The scabbard is a late-war wooden scabbard, held together with string. "

    this means that if we can find it i can add a 7.7 mm. Substitute-Standard Type 99 Short Rifle to my collection!!
     
  10. .22hustler

    .22hustler New Member

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    Hey, thanks for the link!! This is the same website I had saved!!!
     
  11. warrioroftheland

    warrioroftheland New Member

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    lol nice. i forgot that i stashed away a bayonet that i was given when i was younger sooo i am going to start lookin around to see if i can get some info on it. i'll post some pics of it soon
     
  12. marysdad

    marysdad New Member

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    As you have already figured out, your Type 30 bayonet was made by Matshusita. This is a fairly late-war example. This would have been an 88th or 89th series piece, the 89th series being the last run of bayonets made by Matshusita. The series marks are on the pommel, along with the number you found. It is rare that one can state with any certainty that a Type 30 bayonet and scabbard are an original pair. However, this scabbard is most likely original to the bayonet. It is unique in having thicker string ties than other wooden scabbards. Compare yours to the wooden scabbard pics on my site (url below). The thick string is indicative of Matshusita manufacture.

    Give the bayonet a light cleaning with superfine (0000) steel wool saturated in oil. This will remove any loose scale and stop further rusting. It would also be OK to go over the blade with acetone, lacquer thinner, etc. to try and remove the white paint. Just be sure to re-oil afterwards, so it doesn't start rusting. The scabbard is obviously quite dry and the string is likely pretty fragile. It's probably best to leave as is. If you are really careful, you may be able to chip some of the paint off with a fingernail.

    Substitute-standard Type 99 rifles are quite common (as are the bayonets). You shouldn't have too much difficulty locating one at a reasonable price to go with your bayonet.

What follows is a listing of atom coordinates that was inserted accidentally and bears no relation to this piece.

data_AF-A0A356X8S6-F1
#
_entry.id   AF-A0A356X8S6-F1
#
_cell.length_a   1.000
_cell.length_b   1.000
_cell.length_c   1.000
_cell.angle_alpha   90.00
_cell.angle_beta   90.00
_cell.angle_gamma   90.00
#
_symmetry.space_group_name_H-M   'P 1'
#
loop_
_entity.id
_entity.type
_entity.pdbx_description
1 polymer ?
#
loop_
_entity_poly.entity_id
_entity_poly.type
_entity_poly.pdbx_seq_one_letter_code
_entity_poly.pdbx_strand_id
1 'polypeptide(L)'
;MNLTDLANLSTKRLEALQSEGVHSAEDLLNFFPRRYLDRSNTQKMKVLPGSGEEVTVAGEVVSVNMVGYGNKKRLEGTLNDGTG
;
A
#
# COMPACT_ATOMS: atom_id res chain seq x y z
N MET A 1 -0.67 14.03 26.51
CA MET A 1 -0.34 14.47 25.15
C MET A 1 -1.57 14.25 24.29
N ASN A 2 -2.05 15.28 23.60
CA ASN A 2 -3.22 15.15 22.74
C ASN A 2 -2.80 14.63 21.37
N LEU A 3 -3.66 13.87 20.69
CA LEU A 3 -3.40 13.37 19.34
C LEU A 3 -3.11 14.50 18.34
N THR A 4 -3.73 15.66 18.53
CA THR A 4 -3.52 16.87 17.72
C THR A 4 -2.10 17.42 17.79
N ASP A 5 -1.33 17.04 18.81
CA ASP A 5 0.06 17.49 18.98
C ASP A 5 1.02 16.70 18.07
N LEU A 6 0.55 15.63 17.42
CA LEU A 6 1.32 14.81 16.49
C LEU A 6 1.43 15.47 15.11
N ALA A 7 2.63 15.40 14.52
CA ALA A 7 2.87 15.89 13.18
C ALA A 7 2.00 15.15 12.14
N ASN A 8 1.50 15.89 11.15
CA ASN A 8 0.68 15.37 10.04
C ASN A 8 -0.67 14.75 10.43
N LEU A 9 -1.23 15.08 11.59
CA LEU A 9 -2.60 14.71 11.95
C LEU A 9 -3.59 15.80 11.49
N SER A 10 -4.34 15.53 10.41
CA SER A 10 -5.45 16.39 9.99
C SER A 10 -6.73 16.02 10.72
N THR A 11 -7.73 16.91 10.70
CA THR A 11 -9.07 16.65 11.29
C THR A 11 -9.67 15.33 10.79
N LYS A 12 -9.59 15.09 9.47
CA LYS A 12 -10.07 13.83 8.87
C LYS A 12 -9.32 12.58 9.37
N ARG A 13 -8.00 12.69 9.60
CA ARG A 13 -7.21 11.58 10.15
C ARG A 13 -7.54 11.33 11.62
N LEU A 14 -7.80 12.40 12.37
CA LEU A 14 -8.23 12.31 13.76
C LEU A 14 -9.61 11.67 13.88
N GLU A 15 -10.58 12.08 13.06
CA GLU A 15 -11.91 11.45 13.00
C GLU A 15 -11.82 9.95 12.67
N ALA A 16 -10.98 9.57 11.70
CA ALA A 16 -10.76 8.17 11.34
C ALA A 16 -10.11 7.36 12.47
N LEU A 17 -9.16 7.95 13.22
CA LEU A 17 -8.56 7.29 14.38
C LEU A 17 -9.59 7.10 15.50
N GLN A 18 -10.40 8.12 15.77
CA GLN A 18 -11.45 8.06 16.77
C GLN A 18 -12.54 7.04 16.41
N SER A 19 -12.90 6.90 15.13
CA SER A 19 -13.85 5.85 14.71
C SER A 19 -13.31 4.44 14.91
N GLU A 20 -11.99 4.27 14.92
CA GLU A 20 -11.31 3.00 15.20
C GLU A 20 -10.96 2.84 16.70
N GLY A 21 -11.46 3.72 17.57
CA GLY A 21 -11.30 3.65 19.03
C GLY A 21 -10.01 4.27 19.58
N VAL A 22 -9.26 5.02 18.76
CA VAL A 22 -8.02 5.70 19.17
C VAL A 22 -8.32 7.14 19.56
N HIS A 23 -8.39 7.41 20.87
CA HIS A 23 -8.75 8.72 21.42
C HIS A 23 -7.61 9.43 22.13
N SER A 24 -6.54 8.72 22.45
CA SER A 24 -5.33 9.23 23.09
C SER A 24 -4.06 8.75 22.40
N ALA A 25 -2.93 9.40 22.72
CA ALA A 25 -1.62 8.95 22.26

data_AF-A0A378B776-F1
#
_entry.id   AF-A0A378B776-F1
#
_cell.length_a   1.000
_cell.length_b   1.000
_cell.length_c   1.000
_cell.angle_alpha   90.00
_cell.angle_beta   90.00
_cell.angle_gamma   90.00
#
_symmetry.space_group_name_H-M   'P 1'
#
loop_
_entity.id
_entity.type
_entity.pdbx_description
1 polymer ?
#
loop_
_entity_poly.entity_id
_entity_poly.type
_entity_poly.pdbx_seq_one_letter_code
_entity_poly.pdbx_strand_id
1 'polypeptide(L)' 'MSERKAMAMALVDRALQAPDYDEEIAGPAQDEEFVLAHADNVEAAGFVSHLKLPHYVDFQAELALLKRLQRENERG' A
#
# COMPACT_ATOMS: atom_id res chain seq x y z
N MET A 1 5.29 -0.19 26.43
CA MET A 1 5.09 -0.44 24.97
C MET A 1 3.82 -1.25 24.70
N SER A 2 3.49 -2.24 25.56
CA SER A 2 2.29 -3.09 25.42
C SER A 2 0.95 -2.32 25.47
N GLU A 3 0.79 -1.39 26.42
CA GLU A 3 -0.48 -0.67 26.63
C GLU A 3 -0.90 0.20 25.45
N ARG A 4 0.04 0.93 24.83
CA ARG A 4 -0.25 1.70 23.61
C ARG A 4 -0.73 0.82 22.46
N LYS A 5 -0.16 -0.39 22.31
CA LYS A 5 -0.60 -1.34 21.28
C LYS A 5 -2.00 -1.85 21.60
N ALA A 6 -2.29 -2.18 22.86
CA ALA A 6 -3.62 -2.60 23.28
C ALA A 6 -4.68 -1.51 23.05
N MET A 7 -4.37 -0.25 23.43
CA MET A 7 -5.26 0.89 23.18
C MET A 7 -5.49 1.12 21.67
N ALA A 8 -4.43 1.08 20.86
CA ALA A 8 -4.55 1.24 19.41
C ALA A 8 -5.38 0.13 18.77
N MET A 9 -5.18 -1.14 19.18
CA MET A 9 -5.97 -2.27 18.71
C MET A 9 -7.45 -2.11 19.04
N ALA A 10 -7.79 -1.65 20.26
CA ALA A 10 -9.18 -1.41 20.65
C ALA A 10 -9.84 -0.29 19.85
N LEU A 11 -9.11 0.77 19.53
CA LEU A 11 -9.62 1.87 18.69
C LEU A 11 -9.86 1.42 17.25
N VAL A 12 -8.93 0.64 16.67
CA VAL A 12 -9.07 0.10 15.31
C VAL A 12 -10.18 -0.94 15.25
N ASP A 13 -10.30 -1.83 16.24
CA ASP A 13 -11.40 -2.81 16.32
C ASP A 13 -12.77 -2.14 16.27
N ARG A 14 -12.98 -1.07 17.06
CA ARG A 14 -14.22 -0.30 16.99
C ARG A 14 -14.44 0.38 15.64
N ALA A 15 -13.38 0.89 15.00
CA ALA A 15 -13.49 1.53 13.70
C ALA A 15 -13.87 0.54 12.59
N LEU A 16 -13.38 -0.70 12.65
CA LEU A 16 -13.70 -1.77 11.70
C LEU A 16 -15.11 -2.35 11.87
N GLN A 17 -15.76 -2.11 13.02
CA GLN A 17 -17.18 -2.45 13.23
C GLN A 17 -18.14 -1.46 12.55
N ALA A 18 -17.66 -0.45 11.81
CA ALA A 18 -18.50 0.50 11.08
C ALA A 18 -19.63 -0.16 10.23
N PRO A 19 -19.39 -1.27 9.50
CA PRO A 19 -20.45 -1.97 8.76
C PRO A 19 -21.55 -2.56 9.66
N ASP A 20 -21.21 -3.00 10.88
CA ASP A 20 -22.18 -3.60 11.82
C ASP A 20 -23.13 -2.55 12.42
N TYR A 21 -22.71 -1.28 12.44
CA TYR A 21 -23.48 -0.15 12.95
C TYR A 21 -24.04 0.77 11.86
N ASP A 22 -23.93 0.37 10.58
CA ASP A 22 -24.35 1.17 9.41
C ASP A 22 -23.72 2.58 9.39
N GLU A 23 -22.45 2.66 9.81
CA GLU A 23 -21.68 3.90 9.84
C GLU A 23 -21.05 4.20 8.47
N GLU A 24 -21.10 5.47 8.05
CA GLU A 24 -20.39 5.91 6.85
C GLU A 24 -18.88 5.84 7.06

Congrats!
     
    Last edited: Jun 7, 2009
  13. warrioroftheland

    warrioroftheland New Member

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    THANKS for the info. the think about the rifle is its hidden in the house somewhere. grandpa hide it rather well. it will be found.
     
  14. Benning Boy

    Benning Boy New Member

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    Typically, if a sheath or scabbard is held together with string, it is so that the blade can be swung and cut through it , thereby deploying it faster than by drawing it.

    I believe the Moros bound sheaths with fronds for this purpose, as well.
     
  15. FearKVB93

    FearKVB93 New Member

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    I have the same bayonet except it has a steel scabbard and has the National Denki under Kokura supervision markings on it. It is in great condition other than the little bit of rust due to sitting in a closet for a long time. The blade is in great shape as well.
     
  16. marysdad

    marysdad New Member

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    Not the case with Japanese WW II wooden scabbards. Just hard up for steel, so using substitute materials. The throatpiece is steel, so any technique to try and destroy the scabbard, to deploy the bayonet, wouldn't be nearly as effective as drawing it the usual way.
     
  17. cregan88

    cregan88 New Member

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    hey

    hey i have what i belive is a arisaka type 30 bayonet and i was wondering if there was anyway you could help me identifiy it

    thanks
     
  18. Benning Boy

    Benning Boy New Member

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    Need pictures.